I have long taken an interest in the creation vs evolution debate. It’s probably a consequence of my father’s scientific interests, and my engineering mind and career. I take the scientific method seriously, and apply it (in a very practical way) on a daily basis in my embedded software engineering work. And inevitably, I also take an interest in the young vs old earth debate. But I often come across Christians who look at me, puzzled: “What’s the big deal with young vs old earth? It doesn’t really matter does it? Focus on more important things.”
I should explain: my church has always gone for the “gap theory”. About 12 years ago, a certain family introduced me to young earth creationism (YEC) stuff. I read it, and the desire for a “literal” reading of the Bible appealed to me. I ran with the idea, for about 10 years. But I always wanted to keep my mind open to the possibility I could be wrong.
In some ways, YEC seemed to have many scientific merits, when reading their literature. But I was bothered that something didn’t quite seem right. I’m an engineer, so my knowledge of matters of biology, geology and palaeontology are quite limited. But I think I know logic and illogic when I see it. Actually, I’ve seen a lot of illogic on both sides of the argument, unfortunately. I think it’s really quite tough to have an absolutely flawless scientific/logical argument. Us humans can let a lot slip without realising it, due to our bias and limited mental capacity.
Then about 2 years ago, I had a chance to confront someone in my church with the hard questions. I was given the low-down on how the “literal” reading of a young earth in the Bible has certain problems, and how a “literal” reading of an old earth has certain merits. I mulled it over for a year or two. That opened up new possibilities theologically. After some thought I’d have to say now that the old earth reading of the Bible seems more internally consistent. (see also “Young Earth Creationism and the Plain Meaning of the Bible”)
The young-earth creationists put a great deal of stock in taking Genesis for its word, and I respect that. It is necessary to be able to take the whole Bible seriously as an inspired work of God, in order to have a strong and enduring Christian faith. After all, for God to be God, He must know what He’s talking about on scientific matters as well as moral ones. But if the Bible is just the creation of men, then in the 21st century we may as well ignore it as being entirely outdated.
Meanwhile, I’m all too aware of what the general scientific opinion is of YEC. Biased as humans may be, there is certain evidence that really does seem to convincingly support an ancient earth.
So does “young vs old earth” really matter? Indeed it does, for any Christian who cares about the scientific method. For those many people who don’t care about the scientific method, and who say, “does it really matter?”, well, I’ll forgive them. I’m not so clued-up about Rembrandt or Finnish cuisine either.
Christians should reject the “non-overlapping magisteria” idea, because science and religion do inevitably overlap. Christianity has at its heart the belief that human life is created for a purpose that goes far beyond life on this earth as we know it. Evolution, though it may be denied, has at its heart a “God is not required” axiom which directly contradicts Christianity. Prominent atheistic evolutionists such as Richard Dawkins have preached an anti-God message for some time now, demonstrating a desire for science to make a commentary on religious matters. Christianity likewise must make a commentary on scientific matters. Christianity is founded on the Bible which says God created everything, which must include the laws of physics and science itself (with miracles being, by definition, an unusual exception to the laws of science).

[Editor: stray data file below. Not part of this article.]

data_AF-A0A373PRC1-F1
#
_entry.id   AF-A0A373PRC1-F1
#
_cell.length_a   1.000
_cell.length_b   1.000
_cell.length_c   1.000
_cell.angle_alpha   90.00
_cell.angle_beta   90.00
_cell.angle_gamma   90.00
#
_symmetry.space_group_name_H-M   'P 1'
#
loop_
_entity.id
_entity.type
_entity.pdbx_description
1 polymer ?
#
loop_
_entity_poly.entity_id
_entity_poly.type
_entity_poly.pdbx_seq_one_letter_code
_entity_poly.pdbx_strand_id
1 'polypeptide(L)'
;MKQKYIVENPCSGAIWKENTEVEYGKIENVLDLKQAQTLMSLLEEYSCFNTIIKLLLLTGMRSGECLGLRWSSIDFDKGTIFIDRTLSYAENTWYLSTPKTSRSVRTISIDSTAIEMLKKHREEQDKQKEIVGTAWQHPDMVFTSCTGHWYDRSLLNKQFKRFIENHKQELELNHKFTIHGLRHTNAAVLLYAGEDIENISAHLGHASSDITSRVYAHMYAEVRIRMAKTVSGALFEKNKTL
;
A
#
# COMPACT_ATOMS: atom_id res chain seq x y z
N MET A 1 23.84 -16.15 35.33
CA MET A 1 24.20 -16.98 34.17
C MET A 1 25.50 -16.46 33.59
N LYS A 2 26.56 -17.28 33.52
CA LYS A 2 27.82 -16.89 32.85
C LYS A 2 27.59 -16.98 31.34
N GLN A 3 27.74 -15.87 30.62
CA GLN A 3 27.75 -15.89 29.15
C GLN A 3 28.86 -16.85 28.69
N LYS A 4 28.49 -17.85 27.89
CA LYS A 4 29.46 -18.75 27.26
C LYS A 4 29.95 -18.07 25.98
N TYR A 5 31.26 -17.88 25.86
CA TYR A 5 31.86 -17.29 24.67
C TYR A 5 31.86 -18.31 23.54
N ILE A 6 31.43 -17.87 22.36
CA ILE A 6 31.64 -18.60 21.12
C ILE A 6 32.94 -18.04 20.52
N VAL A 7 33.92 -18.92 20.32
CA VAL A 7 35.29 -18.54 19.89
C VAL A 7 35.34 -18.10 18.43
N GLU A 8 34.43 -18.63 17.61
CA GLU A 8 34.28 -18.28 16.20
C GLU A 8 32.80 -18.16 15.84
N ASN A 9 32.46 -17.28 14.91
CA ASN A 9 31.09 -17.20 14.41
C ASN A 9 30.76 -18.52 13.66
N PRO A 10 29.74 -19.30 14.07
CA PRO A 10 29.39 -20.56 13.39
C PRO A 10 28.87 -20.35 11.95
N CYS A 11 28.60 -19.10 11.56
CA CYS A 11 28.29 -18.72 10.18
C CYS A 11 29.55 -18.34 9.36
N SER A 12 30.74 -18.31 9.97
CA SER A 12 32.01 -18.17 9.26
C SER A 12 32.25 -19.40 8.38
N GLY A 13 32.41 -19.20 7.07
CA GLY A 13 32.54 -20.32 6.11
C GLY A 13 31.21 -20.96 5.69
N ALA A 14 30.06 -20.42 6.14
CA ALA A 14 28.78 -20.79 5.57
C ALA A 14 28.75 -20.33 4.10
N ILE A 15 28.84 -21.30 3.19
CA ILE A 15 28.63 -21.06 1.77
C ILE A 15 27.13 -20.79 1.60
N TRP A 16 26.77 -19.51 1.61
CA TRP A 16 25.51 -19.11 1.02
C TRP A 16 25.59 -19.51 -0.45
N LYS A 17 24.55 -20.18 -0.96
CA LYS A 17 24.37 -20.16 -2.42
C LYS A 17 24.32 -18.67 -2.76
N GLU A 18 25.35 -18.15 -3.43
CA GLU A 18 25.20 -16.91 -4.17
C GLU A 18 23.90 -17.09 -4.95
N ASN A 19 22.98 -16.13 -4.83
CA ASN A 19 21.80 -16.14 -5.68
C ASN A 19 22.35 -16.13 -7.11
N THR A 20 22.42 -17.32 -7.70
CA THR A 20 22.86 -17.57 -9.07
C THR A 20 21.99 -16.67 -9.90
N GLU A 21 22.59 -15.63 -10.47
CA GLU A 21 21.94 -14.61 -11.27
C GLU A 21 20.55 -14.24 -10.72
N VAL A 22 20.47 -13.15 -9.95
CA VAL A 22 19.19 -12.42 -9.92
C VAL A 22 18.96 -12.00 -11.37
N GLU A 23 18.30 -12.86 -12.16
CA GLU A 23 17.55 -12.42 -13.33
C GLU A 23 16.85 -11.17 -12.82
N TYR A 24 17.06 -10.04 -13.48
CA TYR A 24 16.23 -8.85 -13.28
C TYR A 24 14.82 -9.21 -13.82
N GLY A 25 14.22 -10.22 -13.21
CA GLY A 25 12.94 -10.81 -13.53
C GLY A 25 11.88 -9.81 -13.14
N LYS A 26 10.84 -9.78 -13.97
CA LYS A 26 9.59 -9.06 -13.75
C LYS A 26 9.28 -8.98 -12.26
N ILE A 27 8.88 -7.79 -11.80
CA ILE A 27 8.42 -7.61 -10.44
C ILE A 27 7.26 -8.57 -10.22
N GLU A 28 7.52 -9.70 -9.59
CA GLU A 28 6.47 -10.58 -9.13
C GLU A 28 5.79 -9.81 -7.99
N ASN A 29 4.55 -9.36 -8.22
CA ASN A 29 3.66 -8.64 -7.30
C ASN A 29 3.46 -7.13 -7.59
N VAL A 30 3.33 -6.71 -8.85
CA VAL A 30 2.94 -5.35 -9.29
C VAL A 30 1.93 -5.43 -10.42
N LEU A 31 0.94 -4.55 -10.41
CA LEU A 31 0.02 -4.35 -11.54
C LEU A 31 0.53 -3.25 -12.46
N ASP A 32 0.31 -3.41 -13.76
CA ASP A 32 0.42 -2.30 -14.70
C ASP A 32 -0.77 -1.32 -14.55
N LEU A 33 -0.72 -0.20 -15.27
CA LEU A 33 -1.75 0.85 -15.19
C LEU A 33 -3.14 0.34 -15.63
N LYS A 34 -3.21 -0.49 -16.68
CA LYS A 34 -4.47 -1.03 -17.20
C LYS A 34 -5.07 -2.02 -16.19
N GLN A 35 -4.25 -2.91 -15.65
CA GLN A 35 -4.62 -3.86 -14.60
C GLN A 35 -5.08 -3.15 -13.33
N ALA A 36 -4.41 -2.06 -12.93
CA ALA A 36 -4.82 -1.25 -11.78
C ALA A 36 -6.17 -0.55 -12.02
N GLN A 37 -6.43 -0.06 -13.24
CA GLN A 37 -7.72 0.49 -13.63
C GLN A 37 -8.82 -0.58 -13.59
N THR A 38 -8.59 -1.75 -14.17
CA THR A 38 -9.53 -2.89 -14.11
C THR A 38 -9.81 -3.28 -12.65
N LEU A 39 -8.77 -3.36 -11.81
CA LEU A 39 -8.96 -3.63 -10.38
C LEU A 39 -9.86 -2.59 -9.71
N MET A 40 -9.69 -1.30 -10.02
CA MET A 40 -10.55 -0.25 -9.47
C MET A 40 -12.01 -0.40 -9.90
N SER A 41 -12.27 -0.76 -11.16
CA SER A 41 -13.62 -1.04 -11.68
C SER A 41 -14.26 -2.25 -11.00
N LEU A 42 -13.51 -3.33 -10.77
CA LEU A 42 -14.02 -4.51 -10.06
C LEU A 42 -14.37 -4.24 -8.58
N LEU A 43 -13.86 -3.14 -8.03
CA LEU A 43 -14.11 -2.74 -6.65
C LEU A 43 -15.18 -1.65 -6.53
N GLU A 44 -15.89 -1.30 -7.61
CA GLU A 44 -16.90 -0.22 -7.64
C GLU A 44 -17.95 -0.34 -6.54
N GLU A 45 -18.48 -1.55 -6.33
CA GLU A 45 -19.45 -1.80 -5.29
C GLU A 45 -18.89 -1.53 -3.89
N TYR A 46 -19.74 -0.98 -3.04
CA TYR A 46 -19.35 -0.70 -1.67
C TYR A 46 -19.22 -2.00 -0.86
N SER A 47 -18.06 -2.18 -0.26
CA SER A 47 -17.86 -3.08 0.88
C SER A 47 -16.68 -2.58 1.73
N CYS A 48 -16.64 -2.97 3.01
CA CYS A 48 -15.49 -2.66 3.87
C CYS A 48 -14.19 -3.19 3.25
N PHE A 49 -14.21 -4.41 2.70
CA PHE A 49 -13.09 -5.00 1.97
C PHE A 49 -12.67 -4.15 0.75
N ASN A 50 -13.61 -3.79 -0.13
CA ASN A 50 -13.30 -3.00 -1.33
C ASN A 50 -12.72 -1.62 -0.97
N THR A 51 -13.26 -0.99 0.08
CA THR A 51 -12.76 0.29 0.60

Therefore, Christianity must preach that Christianity is compatible with science. Therefore, Christians who are skilled in scientific pursuits should pursue, as they are able, an understanding of the world that is true to both science and the Bible. Both must harmonise. We must not be embarrassed about either one or the other.
This is a huge task, and one unlikely to win favours among atheists, even if done perfectly. Yet it should be done with appropriate humility towards both the Bible and the scientific method (both being created by God). To many evolutionists and atheists, young-earth creationism is the definition of creationism, while old-earth creationism is a far lesser-known phenomenon. Could it be that young-earth creationists themselves are inadvertently setting up a straw man for evolutionists to tear down? That would be a great shame in the pursuit of the glory of God.
If Christians do science accurately, with an absolutely truthful conclusion, will atheistic scientists be persuaded by reason? Maybe, but I do think there is one crucial flaw in their thinking which isn’t easily overcome. That is the previously-mentioned axiom and bias: “God is not required”. It is declared on philosophical grounds: that which is supernatural by definition can’t be scientifically tested. Therefore, God doesn’t exist. It is understandable in the most limited scope of scientific pursuit, yet illogical at the same time. The truly open-minded scientist may even test this if they are willing to extend their scientific method to consider Biblical history, archaeology and sociology. Then make a personal commitment to test Biblical moral propositions and Biblical promises from the alleged great God who created all for an exceedingly great purpose.